Rolls-Royce Cullinan (2019) review
published : 19 Oct 2019 at 12:56
writer: Richard Leu
The Cullinan may just be another pricey SUV, but it’s quite a nice addition to the Rolls-Royce family.
Any carmaker who says it won’t sell an SUV is either lying or trying not to be a follower. Even Rolls-Royce, arguably the most lavish car brand in the world that has now become more like art, has joined the SUV brouhaha.
You really can’t blame the Goodwood suits for making such a decision. High-riding crossovers, as how some like to call SUVs as well, can represent a third (or even half) of total sales for many high-end automotive nameplates.
But an SUV is kind of a nice addition to the Rolls-Royce family because it really has lots of presence on the road. You probably can’t argue that customers like to be seen in their Rollers, which should easily be the case for the Cullinan then.
And because the Phantom/Ghost sedans are most likely to be chauffeur-driven and the Dawn/Wraith two-doors driven by their owners themselves, the Cullinan should be a good fix for clients needing a family mover for the weekend.
It must also be noted that the Cullinan is quite nicely proportioned when compared to other Rollers. There are the familiar squarish lights, huge wheels and heavily accentuated window lines that seemingly blend well.
Alright, excessiveness can be too much for many, but the Cullinan does exactly that. Whether it joins the Bentley Bentayga as ungainly to look at is for you dear reader to decide.
In the typical manner of Rolls-Royce, the Cullinan’s interior is an ultra-luxurious place to spend time in and can be personalised. Hey, this a is 30 million baht-plus car and potential clients will definitely want to feel different in something considered more like, as said earlier, art.
Despite measuring over 5m in length with already 3m going between the axles, the Cullinan is an utterly spacious SUV for five. Space is never an issue and the seats in all four corners are cushy to sit in.
A conventional rear bench for three can be specified, although it won’t be surprising to see many owners going for the type for two (as seen here). Unlike in the BMW X7 gargantuan SUV, the Cullinan has no third-row option which sounds sensible in the game of selling Rollers.
Although it would be highly rational for the X7 and Cullinan to share the same underpinnings given that BMW owns the British marque, people at Rolls-Royce insist that the Cullinan uses the brand’s proprietary aluminium spaceframe body, dubbed Architecture of Luxury.
Whatever, the Cullinan drives just like in other Rollers, that is, managing to conceal its size and weight reasonably well.
Perhaps some thanks must also be given to the thinly rimmed steering wheel that makes the handling feel effortless and quite feelsome. Owners and their chauffeurs alike should cherish it.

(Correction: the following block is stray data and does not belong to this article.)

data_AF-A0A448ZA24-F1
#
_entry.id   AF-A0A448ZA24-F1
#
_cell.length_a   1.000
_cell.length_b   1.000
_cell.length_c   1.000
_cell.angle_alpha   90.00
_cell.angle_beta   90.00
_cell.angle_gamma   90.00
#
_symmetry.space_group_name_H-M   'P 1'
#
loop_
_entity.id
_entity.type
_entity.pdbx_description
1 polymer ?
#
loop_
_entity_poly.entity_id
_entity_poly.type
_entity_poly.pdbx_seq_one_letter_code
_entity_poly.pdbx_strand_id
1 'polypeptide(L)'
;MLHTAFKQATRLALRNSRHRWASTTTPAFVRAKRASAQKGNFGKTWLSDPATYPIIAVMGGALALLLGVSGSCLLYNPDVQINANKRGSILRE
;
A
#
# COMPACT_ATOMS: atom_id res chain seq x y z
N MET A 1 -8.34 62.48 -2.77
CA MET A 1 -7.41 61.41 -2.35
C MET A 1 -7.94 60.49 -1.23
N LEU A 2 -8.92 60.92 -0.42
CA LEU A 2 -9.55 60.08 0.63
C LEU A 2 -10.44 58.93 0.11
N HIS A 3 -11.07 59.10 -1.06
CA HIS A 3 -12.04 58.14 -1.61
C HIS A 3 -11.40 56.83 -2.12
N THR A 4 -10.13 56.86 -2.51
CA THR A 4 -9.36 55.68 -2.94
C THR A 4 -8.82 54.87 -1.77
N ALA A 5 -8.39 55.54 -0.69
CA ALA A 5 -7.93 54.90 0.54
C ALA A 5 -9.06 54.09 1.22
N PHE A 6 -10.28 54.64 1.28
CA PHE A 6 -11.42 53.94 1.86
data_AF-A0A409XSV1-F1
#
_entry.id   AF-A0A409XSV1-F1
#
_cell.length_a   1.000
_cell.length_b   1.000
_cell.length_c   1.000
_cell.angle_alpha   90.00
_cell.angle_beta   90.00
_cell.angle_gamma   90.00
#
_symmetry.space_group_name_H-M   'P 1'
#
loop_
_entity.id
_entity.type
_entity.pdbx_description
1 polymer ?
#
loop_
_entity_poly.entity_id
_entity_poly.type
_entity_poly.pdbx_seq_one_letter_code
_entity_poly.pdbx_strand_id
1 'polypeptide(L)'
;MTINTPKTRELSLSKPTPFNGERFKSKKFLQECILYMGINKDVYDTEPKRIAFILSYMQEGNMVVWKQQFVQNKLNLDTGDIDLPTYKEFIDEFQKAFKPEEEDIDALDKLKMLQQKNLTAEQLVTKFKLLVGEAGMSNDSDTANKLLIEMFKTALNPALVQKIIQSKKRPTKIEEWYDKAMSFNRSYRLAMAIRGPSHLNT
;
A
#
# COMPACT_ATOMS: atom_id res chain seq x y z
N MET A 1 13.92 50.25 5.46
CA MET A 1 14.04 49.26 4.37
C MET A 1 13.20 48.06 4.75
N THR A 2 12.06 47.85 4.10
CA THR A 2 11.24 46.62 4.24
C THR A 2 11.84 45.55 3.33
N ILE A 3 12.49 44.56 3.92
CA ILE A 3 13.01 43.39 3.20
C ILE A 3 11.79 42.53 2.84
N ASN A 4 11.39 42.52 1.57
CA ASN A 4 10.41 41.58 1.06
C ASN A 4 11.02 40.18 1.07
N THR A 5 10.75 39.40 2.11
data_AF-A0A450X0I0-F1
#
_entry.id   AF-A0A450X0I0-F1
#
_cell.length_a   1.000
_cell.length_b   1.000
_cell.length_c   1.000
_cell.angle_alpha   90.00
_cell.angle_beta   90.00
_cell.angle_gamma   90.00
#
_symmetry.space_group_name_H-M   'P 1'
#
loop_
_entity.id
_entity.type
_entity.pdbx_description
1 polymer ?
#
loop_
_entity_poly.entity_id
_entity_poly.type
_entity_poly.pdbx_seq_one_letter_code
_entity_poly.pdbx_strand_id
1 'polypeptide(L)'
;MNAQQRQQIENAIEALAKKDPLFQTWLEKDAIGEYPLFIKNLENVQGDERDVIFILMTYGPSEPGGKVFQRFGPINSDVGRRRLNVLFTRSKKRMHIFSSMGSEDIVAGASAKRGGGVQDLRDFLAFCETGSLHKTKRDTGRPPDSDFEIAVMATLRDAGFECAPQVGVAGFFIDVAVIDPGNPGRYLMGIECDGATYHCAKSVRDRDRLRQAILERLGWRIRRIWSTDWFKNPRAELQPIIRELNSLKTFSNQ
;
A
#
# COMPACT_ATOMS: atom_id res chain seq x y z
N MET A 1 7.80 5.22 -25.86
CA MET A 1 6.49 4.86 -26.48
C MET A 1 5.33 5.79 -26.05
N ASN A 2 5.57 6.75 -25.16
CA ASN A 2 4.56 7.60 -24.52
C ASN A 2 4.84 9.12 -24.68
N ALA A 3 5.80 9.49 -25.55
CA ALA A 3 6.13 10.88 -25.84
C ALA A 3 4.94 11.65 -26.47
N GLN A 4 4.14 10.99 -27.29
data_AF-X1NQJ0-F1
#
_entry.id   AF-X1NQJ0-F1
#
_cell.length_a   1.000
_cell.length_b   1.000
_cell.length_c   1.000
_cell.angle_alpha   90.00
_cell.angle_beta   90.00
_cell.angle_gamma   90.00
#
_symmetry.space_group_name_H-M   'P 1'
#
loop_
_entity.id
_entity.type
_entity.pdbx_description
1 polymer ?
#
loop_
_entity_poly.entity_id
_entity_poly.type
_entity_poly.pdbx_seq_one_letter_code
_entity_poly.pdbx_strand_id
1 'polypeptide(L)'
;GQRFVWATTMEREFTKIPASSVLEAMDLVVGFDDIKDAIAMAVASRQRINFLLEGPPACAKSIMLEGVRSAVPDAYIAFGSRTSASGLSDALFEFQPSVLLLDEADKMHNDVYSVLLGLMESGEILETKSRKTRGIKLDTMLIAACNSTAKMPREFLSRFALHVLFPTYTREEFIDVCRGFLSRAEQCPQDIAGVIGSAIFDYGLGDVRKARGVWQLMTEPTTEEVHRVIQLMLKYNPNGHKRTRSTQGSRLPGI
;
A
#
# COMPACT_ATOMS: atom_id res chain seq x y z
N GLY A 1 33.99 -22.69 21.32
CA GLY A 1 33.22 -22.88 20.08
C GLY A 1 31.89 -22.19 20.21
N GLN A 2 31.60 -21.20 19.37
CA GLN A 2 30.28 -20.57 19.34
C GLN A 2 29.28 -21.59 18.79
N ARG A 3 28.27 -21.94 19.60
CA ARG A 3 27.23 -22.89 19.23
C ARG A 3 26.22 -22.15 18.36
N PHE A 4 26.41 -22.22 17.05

Because comfort is one of the most important ingredients of Rolls-Royce, the suspension has been tuned to match. The Cullinan’s ride is absorbent most of the time, although nasty ruts and potholes could be felt via the 22-inch wheels.
At high speeds, the cabin is so well-muted that you start to hear wind-buffeting on the huge side-view mirrors first.
While a softly sprung suspension can hardly be a bad thing for the Cullinan, there’s excessive vertical movements of the body on undulating roads. It would have been nice if you could choose to firm up the sus to make the ride as flat as possible (that’s real comfort, BTW).
But there’s no selector on the console because Rolls-Royce found it more suitable to let the chassis do the adjustments automatically. The Bentayga seems to have a more resolved chassis setup, not to mention the ability to adjust the various driving parameters on a wider scope.
What you can select to do, though, is lower the vehicle to ease entry and exit. And since the Cullinan is an all-wheel-drive SUV, the body can be raised to take you into vineyards if exploring new jungle routes isn’t your cup of tea in a car of this price.
Rather than getting the 6.6-litre twin-turbo V12 from the Dawn, Ghost, Wraith and BMW 760Li, the Cullinan is making use of the 6.8-litre (6.75-litre, in Rolls-Royce way) counterpart from the Phantom. Power isn’t the name of the game here explaining why maximum torque arrives at a very low 1,600rpm.
And yes, the Cullinan wafts around just like the Phantom. The rich amount of low-rev grunt hardly persuades you to engage the eight-speed automatic into kickdown. The Cullinan moves around with ease at both city and highway speeds despite weighing more than 2.5 tonnes.
But you can’t help thinking why such a V12 can still be considered relevant these days even when gas bills mean nothing to buyers of Rolls-Royce. An engine with so many cylinders plus forced induction can surely feel more powerful than this. Worse is fuel economy.
Nevertheless, the Cullinan still remains highly desirable especially when it costs considerably less than the Phantom and nearly on par with the other smaller Rollers.
As said earlier, the Cullinan could be considered as a fine addition to the Rolls-Royce model range. In fact, most sales of it in Thailand are claimed to come from owners of the other existing models.
The most opulent SUV on sale at the moment? Yes, but don’t immediately discount some of its intended rivals lower down the price ranks when it comes to dynamic ability. But, perhaps, that isn’t the point in the Cullinan.